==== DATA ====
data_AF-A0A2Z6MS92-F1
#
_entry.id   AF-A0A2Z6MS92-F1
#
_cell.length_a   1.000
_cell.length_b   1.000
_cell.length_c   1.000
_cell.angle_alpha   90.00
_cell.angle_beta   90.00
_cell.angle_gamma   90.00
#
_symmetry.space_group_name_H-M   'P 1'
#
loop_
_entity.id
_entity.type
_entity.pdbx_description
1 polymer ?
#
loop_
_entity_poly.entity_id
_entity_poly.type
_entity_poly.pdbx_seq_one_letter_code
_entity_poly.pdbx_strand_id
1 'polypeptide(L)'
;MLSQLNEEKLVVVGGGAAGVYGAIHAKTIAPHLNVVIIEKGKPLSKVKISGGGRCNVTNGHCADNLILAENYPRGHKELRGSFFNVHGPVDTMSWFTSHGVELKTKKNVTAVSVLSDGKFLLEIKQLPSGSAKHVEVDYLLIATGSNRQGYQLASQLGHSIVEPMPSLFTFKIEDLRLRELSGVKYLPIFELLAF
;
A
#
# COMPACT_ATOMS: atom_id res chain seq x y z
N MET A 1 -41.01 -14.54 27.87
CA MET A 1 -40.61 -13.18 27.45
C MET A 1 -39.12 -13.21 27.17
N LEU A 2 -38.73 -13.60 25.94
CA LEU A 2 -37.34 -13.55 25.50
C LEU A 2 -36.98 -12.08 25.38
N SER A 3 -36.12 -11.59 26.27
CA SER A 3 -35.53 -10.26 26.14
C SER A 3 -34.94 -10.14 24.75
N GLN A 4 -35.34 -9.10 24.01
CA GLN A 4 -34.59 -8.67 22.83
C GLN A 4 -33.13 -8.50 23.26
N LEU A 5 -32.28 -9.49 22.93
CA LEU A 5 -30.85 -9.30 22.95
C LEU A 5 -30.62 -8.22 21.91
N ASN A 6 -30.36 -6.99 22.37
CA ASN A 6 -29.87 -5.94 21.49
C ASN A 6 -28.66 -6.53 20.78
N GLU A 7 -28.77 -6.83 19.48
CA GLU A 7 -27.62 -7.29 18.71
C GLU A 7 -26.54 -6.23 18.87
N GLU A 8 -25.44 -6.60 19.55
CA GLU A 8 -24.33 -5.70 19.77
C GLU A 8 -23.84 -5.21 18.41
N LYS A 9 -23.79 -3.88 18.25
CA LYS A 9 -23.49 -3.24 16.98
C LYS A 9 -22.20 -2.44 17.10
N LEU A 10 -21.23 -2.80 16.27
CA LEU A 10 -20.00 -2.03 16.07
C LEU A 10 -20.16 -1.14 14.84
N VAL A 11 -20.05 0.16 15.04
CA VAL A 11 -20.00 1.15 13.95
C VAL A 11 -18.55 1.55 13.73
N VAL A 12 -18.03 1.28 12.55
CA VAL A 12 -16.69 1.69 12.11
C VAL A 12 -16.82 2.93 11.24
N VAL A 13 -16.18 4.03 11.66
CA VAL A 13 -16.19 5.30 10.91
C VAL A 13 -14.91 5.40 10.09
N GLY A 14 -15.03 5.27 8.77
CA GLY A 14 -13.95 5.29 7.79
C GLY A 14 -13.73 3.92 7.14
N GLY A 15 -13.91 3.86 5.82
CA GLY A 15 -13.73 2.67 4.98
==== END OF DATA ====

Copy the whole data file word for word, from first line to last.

data_AF-A0A2Z6MS92-F1
#
_entry.id   AF-A0A2Z6MS92-F1
#
_cell.length_a   1.000
_cell.length_b   1.000
_cell.length_c   1.000
_cell.angle_alpha   90.00
_cell.angle_beta   90.00
_cell.angle_gamma   90.00
#
_symmetry.space_group_name_H-M   'P 1'
#
loop_
_entity.id
_entity.type
_entity.pdbx_description
1 polymer ?
#
loop_
_entity_poly.entity_id
_entity_poly.type
_entity_poly.pdbx_seq_one_letter_code
_entity_poly.pdbx_strand_id
1 'polypeptide(L)'
;MLSQLNEEKLVVVGGGAAGVYGAIHAKTIAPHLNVVIIEKGKPLSKVKISGGGRCNVTNGHCADNLILAENYPRGHKELRGSFFNVHGPVDTMSWFTSHGVELKTKKNVTAVSVLSDGKFLLEIKQLPSGSAKHVEVDYLLIATGSNRQGYQLASQLGHSIVEPMPSLFTFKIEDLRLRELSGVKYLPIFELLAF
;
A
#
# COMPACT_ATOMS: atom_id res chain seq x y z
N MET A 1 -41.01 -14.54 27.87
CA MET A 1 -40.61 -13.18 27.45
C MET A 1 -39.12 -13.21 27.17
N LEU A 2 -38.73 -13.60 25.94
CA LEU A 2 -37.34 -13.55 25.50
C LEU A 2 -36.98 -12.08 25.38
N SER A 3 -36.12 -11.59 26.27
CA SER A 3 -35.53 -10.26 26.14
C SER A 3 -34.94 -10.14 24.75
N GLN A 4 -35.34 -9.10 24.01
CA GLN A 4 -34.59 -8.67 22.83
C GLN A 4 -33.13 -8.50 23.26
N LEU A 5 -32.28 -9.49 22.93
CA LEU A 5 -30.85 -9.30 22.95
C LEU A 5 -30.62 -8.22 21.91
N ASN A 6 -30.36 -6.99 22.37
CA ASN A 6 -29.87 -5.94 21.49
C ASN A 6 -28.66 -6.53 20.78
N GLU A 7 -28.77 -6.83 19.48
CA GLU A 7 -27.62 -7.29 18.71
C GLU A 7 -26.54 -6.23 18.87
N GLU A 8 -25.44 -6.60 19.55
CA GLU A 8 -24.33 -5.70 19.77
C GLU A 8 -23.84 -5.21 18.41
N LYS A 9 -23.79 -3.88 18.25
CA LYS A 9 -23.49 -3.24 16.98
C LYS A 9 -22.20 -2.44 17.10
N LEU A 10 -21.23 -2.80 16.27
CA LEU A 10 -20.00 -2.03 16.07
C LEU A 10 -20.16 -1.14 14.84
N VAL A 11 -20.05 0.16 15.04
CA VAL A 11 -20.00 1.15 13.95
C VAL A 11 -18.55 1.55 13.73
N VAL A 12 -18.03 1.28 12.55
CA VAL A 12 -16.69 1.69 12.11
C VAL A 12 -16.82 2.93 11.24
N VAL A 13 -16.18 4.03 11.66
CA VAL A 13 -16.19 5.30 10.91
C VAL A 13 -14.91 5.40 10.09
N GLY A 14 -15.03 5.27 8.77
CA GLY A 14 -13.95 5.29 7.79
C GLY A 14 -13.73 3.92 7.14
N GLY A 15 -13.91 3.86 5.82
CA GLY A 15 -13.73 2.67 4.98